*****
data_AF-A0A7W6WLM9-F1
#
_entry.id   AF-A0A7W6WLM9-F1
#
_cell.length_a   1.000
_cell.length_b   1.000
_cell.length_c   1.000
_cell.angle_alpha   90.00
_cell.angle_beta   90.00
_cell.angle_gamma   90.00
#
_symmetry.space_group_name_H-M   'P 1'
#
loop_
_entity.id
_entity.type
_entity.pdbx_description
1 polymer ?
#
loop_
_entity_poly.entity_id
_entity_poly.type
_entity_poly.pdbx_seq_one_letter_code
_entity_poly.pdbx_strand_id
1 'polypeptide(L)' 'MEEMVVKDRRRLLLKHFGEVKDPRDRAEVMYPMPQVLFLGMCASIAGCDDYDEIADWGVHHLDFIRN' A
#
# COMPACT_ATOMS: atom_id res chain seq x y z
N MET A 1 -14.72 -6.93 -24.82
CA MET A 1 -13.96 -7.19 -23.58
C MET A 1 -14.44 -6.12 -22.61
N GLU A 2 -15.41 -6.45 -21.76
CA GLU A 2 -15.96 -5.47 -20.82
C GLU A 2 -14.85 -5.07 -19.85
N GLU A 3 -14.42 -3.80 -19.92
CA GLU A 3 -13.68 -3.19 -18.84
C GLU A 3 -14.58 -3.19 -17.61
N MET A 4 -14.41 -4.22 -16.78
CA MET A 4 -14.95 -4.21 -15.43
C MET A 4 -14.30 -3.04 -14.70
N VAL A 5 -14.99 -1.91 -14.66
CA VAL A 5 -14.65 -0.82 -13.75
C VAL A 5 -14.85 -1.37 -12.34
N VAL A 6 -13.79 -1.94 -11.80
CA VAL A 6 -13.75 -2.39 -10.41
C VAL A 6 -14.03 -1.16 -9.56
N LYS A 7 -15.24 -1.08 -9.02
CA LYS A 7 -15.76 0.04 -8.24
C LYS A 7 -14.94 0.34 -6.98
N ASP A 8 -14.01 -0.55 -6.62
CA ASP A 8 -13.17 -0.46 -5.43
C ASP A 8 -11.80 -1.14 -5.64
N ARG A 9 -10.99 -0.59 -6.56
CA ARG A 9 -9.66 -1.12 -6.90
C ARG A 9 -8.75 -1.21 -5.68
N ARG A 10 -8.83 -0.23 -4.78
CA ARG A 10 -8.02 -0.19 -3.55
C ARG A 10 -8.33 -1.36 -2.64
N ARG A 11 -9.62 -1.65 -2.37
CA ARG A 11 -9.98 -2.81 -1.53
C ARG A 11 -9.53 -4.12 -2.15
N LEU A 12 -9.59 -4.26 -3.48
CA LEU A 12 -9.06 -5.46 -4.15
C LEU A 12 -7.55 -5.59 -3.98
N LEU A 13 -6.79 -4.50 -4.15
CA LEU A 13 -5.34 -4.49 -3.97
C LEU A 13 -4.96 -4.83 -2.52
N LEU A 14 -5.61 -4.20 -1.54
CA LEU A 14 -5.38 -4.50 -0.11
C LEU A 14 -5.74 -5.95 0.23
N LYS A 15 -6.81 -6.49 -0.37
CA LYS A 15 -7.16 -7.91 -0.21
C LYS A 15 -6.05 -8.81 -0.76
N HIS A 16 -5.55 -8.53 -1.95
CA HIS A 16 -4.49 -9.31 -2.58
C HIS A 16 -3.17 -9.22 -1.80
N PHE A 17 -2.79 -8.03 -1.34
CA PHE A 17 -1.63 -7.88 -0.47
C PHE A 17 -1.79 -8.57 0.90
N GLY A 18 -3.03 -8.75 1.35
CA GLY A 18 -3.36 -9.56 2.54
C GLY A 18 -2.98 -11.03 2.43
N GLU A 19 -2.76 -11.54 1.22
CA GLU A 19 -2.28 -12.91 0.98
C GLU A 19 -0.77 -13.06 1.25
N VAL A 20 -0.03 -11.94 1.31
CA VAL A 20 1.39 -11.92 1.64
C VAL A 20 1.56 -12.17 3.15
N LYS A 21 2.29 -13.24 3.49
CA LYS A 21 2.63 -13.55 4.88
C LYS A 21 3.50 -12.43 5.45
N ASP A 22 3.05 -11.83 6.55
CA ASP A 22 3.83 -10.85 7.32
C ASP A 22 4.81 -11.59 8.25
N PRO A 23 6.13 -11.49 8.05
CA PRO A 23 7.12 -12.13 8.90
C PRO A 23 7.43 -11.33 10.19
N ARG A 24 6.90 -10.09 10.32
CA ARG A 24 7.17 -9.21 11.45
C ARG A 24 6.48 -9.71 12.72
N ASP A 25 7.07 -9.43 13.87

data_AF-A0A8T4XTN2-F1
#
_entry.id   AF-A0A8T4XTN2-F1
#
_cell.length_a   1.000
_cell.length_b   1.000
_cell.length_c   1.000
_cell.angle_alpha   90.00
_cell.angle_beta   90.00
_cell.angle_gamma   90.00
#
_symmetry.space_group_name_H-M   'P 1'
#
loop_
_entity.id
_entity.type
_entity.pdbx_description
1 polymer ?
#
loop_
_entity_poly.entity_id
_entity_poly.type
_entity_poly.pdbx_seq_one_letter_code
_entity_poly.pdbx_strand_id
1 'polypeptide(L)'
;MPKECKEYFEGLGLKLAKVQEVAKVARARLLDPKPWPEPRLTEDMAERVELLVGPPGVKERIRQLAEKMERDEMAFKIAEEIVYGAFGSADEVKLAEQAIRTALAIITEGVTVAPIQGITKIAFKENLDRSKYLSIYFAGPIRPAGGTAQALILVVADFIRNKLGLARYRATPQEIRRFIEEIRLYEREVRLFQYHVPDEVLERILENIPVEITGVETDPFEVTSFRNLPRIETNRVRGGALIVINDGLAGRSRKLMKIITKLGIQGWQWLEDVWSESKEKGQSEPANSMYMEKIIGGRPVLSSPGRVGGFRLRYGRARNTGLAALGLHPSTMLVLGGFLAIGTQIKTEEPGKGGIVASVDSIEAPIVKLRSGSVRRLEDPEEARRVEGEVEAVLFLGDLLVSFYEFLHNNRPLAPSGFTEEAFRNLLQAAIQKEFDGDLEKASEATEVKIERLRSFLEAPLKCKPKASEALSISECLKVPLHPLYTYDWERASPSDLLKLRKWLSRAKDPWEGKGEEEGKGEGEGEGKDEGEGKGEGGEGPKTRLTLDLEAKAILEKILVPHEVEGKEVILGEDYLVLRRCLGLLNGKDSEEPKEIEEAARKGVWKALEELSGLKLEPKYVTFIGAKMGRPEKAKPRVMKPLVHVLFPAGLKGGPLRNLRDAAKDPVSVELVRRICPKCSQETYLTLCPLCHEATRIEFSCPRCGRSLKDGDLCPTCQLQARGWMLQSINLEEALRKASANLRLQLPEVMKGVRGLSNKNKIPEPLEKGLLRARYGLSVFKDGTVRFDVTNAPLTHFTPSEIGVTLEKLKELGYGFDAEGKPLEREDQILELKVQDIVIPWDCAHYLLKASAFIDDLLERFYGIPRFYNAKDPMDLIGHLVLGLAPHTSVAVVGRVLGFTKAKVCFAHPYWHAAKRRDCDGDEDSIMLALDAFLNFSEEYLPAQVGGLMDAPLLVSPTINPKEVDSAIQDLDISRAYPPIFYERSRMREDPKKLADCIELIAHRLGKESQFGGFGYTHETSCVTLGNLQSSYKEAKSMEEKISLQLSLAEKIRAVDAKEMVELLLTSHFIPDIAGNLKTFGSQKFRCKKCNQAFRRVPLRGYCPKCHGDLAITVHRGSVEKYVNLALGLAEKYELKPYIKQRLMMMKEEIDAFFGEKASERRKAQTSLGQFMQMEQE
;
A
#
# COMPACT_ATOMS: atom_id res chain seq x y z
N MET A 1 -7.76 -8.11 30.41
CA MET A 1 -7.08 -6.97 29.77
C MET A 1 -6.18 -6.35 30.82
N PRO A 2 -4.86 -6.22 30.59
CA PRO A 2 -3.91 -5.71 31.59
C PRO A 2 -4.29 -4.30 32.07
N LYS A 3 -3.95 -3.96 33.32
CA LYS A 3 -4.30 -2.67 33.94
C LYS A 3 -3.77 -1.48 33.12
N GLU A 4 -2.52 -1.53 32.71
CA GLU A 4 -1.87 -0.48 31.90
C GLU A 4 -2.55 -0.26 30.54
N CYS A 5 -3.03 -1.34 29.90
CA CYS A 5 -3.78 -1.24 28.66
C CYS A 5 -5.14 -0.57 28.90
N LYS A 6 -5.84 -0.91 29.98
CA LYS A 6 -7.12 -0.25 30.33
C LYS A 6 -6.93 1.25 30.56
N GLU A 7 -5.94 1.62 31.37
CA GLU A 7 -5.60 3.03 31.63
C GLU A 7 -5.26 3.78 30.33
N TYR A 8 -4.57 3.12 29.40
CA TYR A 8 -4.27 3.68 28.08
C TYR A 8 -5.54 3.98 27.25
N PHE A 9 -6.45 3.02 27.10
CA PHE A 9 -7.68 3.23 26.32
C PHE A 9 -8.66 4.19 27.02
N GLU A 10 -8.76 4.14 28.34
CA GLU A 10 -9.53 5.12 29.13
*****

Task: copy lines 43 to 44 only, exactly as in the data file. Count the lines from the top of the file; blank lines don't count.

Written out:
N VAL A 6 -13.79 -1.94 -11.80
CA VAL A 6 -13.75 -2.39 -10.41